For Immediate Release:
January 21, 2024
Nicole Perreira 202-483-7382
Norfolk, Va. – As temperatures hit dangerous lows across North Carolina this weekend, PETA’s fieldworkers have been out every day helping dogs left chained and/or penned outdoors. This weekend, the team has found dogs shivering, emaciated, unable to escape the freezing cold, and with their water bowls frozen over—and they’ve been pleading with owners to bring the animals inside to prevent frostbite, hypothermia, and even death. These photos show just some of the dogs PETA has been trying to help in northeastern North Carolina this weekend. PETA is calling on people to bring their animals inside, warning that it is cruel and criminal to leave dogs to die in the cold—and asking everyone to be on the lookout for animals in need.
PETA’s fieldworkers have visited dozens of dogs this weekend alone, including a pair of Yorkshire terriers kept in the freezing cold with filthy food and water bowls, and secured the relinquishment of a dog named Stella, who was found emaciated with painful pressure sores on her backside. Stella spent the night at PETA’s headquarters before heading to the Virginia Beach SPCA for a chance at adoption. When dogs’ owners refuse to relinquish animals or bring them inside, the team has done its best to move them out of the path of the blistering wind, refresh their water bowls and move them to covered ground, and provide insulating straw bedding to help keep the dogs dry and a little less miserable.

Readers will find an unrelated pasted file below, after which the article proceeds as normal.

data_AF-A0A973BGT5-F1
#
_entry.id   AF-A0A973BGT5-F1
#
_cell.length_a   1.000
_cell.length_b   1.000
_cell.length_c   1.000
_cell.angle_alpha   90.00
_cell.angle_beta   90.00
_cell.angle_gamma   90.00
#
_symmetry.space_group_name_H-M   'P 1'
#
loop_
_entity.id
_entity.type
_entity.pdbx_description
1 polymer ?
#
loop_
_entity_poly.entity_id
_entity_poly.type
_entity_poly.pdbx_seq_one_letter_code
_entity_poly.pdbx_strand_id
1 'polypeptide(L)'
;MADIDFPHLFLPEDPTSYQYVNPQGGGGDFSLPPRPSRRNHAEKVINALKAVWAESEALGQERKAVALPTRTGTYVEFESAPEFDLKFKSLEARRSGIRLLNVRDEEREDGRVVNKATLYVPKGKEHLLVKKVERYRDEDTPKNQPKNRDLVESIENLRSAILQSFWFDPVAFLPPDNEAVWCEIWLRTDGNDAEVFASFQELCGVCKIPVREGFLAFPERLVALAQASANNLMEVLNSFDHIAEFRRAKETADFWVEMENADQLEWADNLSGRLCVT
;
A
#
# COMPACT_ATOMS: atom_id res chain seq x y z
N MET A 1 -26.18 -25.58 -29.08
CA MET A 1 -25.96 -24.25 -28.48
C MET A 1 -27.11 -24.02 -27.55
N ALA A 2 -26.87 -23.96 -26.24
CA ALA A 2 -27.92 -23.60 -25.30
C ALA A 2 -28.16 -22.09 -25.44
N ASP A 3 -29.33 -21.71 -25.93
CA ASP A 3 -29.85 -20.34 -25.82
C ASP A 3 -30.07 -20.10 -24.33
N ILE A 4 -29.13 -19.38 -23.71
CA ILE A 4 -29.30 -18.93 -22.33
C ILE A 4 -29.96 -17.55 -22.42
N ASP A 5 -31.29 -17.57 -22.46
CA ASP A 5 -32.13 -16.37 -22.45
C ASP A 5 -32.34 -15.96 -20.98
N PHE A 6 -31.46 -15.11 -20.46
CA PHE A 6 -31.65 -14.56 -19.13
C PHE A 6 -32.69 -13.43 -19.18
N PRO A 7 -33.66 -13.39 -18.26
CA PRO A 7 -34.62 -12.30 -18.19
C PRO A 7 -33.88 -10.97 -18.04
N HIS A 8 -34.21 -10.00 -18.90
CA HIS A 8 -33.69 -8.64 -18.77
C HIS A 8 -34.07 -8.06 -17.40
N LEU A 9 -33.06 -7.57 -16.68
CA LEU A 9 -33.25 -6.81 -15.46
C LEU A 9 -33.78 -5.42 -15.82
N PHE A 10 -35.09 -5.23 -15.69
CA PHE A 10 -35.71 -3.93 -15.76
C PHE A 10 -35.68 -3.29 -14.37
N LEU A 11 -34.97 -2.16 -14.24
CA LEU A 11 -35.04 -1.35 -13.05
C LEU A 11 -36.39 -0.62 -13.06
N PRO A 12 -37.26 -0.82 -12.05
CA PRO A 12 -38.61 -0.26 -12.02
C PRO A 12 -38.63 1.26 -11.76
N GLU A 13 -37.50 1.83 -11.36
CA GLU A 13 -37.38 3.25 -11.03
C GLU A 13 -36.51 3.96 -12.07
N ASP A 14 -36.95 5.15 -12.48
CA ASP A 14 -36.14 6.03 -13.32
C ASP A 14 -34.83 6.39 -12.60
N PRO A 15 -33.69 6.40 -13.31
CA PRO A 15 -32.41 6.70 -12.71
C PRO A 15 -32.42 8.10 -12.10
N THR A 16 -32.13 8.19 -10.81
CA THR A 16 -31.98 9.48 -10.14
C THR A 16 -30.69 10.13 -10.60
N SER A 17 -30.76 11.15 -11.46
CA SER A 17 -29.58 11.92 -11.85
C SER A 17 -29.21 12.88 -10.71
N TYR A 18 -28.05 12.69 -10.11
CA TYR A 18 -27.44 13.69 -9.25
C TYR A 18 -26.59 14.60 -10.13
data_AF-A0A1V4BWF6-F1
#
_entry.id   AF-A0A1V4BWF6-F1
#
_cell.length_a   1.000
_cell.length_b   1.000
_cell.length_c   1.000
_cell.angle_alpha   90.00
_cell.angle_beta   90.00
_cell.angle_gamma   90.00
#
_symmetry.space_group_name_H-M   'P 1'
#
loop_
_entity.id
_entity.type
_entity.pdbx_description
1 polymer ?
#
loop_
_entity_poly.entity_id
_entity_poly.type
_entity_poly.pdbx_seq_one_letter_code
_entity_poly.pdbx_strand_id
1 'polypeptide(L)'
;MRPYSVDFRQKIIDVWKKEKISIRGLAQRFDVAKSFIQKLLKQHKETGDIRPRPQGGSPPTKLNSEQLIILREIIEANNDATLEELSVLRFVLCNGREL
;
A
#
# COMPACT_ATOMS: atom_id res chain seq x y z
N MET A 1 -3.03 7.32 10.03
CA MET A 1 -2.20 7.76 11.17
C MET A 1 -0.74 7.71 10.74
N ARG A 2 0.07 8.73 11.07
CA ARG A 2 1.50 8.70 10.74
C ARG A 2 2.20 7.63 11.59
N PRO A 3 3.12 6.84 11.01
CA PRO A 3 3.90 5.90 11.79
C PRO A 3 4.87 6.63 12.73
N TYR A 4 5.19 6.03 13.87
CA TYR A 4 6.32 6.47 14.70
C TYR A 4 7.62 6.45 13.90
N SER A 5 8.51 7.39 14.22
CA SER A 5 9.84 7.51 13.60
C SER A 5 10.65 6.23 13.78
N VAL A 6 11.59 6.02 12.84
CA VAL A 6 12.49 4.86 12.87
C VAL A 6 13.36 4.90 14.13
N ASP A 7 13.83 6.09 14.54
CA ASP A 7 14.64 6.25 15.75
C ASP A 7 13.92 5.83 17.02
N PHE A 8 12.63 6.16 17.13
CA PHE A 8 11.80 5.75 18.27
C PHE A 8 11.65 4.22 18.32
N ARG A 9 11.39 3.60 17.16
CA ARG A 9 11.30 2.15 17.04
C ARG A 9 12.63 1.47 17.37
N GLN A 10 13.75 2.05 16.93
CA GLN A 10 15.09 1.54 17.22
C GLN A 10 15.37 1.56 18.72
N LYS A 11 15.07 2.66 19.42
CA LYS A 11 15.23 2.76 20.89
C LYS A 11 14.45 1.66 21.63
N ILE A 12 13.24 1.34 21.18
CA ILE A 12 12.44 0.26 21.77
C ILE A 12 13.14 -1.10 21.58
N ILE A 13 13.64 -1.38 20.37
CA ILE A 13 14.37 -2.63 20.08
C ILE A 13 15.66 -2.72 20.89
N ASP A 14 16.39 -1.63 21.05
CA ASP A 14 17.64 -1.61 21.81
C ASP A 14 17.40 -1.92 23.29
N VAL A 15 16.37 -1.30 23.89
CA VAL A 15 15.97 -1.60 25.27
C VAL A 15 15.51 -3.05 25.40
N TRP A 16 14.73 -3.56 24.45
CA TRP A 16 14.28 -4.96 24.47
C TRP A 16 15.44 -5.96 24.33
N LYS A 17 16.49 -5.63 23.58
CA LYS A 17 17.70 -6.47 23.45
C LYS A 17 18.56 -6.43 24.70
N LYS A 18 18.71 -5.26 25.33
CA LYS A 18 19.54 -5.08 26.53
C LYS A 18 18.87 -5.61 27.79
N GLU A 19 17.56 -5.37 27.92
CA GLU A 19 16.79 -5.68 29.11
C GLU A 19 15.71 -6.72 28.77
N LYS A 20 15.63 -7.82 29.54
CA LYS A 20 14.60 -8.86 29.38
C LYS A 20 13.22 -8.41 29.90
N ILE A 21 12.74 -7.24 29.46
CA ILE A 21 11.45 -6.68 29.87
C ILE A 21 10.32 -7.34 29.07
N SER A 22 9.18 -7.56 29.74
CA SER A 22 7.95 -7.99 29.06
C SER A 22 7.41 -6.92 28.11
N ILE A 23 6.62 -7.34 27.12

Two Yorkshire terriers and a dog named Cecilia were left outside despite freezing temperatures. Credit: PETA
Stella was found emaciated with pressure sores on her backside. Credit: PETA
“Dogs left outside when temperatures plummet suffer every moment in the cold and could easily die from exposure,” says PETA Senior Vice President of Cruelty Investigations Daphna Nachminovitch. “This is a crisis for dogs in our area, and PETA urges everyone to keep them off chains and safe and warm indoors with the rest of the family, where they belong.”
Good Samaritans who see companion animals kept chained or penned outside 24/7 or without adequate shelter from the elements should note the animals’ exact location and alert local law-enforcement authorities immediately. If officers don’t respond, call PETA at 757-622-PETA. Anyone who leaves animals outside to suffer in severe weather may face criminal charges.
The following steps can go a long way toward helping animals survive cold weather.
- Bring them indoors: Companion animals should always live indoors. Dogs who are kept chained up outside and “outdoor cats”—like those featured in Breaking the Chain, a documentary produced by Oscar winner Anjelica Huston—often go without adequate food, water, shelter, and veterinary care. They’re no better equipped to survive freezing temperatures or other extreme weather conditions than humans are.
- Gear up: Coats will keep dogs comfortable in cold weather (just be sure to remove wet jackets the moment dogs return home), secure harnesses can help prevent them from getting loose on walks, and booties will protect their sensitive paw pads from the frozen ground. Keep walks short in cold weather, especially for shorthaired dogs.
- Don’t forget birds: During extreme winter weather, provide birds and other wild animals with access to an emergency water supply by filling a heavy nonmetal water bowl (tongues can freeze to metal) and breaking the surface ice at least twice a day.
For more information, please visit PETA.org or follow the group on X (formerly Twitter), Facebook, or Instagram.